Public discusses transgender bathroom policy at Duval school board meeting


JACKSONVILLE, Fla. – Members of the public gave their opinions and comments on transgender bathroom access at a Duval County school board meeting Monday night. 

A Jacksonville woman is suing Duval County Public Schools for following the Obama administration’s recommendation that districts nationwide allow students to use the bathroom designated for the gender with which they identify. But the school board made it clear at Monday's meeting that it would not discuss the lawsuit. 

Currently, DCPS enforces an anti-discrimination and equity clause in its police manual. Gender was added to protections for race and color in 2008. 

The school board welcomed people to share their thoughts on whatever they wished during public comment.

"I feel the policies in this district in place since 2008 are an indelible part of ensuring each student is given equal access to education," Christopher Jordan said.

Several other people spoke in favor of transgender bathrooms.

Former student, 26-year-old Ryan Wright, said, "I am not transgender. But I empathize because I am gay. I was tormented. I was bullied, while in the exact same school system for years. And I felt like there was no help, even when I reached out for help, no one listened," said 26-year-old Ryan Wright, a former student.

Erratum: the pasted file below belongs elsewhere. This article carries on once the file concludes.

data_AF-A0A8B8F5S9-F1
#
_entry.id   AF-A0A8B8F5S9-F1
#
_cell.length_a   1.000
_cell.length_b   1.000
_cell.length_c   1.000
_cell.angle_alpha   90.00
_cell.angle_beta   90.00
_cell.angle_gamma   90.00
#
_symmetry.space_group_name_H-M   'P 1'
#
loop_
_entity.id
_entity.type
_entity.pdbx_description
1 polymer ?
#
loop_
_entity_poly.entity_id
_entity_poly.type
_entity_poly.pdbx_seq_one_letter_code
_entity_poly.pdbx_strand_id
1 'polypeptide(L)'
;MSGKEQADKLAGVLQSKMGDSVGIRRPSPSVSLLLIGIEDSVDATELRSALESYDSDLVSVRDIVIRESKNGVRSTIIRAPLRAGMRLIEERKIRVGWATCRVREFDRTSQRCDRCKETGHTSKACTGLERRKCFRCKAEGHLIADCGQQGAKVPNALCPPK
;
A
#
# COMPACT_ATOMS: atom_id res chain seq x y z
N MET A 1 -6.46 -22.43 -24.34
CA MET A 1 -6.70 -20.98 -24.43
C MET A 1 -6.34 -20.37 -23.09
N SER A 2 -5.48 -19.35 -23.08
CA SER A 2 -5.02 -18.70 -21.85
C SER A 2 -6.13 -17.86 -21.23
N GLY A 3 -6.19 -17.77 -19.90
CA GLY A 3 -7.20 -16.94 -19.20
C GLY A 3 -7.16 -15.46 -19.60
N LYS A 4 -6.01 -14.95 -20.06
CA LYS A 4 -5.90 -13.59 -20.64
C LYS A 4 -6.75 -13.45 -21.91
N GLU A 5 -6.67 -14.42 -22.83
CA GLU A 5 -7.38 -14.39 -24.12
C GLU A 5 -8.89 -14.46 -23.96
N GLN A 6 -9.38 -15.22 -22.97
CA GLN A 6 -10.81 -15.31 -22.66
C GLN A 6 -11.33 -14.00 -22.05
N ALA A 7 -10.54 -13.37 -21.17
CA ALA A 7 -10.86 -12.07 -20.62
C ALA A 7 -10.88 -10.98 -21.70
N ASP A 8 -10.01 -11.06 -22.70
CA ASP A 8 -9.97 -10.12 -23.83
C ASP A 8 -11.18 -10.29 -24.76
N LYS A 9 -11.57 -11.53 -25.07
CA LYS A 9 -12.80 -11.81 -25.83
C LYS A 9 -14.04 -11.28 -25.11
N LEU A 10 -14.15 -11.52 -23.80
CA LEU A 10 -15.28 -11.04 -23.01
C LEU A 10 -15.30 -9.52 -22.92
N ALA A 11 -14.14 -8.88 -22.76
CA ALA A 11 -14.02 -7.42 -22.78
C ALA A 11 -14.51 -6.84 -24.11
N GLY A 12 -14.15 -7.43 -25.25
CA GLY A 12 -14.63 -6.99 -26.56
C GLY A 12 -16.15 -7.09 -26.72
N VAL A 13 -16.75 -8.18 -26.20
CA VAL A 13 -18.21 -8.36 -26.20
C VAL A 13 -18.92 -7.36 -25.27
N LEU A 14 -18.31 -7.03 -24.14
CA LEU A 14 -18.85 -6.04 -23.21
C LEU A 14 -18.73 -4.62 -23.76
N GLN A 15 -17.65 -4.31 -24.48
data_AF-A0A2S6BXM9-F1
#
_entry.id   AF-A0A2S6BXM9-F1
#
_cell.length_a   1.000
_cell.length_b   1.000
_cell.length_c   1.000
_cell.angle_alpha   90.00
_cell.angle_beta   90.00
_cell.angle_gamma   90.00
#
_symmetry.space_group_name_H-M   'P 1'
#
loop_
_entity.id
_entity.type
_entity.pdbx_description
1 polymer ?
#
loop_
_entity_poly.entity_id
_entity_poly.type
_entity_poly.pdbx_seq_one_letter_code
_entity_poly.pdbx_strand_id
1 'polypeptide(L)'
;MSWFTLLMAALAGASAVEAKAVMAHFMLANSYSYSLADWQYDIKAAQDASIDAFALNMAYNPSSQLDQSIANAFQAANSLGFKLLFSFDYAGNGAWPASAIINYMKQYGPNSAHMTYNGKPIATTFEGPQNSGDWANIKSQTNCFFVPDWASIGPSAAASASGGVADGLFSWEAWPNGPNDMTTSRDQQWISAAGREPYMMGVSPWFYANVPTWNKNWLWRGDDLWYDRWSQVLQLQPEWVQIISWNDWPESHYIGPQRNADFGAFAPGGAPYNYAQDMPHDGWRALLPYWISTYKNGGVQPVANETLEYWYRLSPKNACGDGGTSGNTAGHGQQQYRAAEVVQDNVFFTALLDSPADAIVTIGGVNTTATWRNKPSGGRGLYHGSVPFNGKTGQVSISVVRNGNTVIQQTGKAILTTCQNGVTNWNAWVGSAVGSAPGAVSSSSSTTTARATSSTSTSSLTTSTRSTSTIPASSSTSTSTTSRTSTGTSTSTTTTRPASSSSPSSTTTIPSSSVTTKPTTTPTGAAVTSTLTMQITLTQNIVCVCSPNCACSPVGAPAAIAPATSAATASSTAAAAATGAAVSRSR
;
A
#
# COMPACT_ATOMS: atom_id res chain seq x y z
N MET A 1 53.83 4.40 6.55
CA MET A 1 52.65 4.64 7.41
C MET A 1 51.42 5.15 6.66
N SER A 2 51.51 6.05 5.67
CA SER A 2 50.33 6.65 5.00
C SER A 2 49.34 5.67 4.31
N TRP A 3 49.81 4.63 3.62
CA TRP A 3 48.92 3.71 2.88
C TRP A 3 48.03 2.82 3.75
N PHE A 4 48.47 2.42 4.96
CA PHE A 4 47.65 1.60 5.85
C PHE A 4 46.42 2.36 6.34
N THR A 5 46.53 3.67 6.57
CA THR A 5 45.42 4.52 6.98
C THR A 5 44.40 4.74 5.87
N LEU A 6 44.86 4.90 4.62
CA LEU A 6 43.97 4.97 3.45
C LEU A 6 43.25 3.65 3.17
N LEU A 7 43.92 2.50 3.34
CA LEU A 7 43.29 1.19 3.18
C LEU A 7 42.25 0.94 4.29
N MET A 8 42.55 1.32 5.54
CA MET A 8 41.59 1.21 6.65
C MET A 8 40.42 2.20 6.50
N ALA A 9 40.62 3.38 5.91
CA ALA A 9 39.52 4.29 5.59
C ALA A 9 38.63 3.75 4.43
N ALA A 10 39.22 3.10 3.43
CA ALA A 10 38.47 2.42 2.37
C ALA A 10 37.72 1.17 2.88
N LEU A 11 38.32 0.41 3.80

Two people spoke against transgender bathrooms in schools.

"Setting (the) LGBT issue aside for a moment, how does this body plan to handle lawsuits that are bound to arise from parents whose children are exposed to adults of legal age who enter facility of the opposite sex? Reckless endangerment may be an unintended side effect if this body remains on its current track," St. Johns County resident Mike Carter said. 

Before the meeting, security checked bags at the door and had people go through metal detectors. Then a moment of silence was held for the victims of the mass shooting at Pulse nightclub in Orlando prior to the start of the meeting. 

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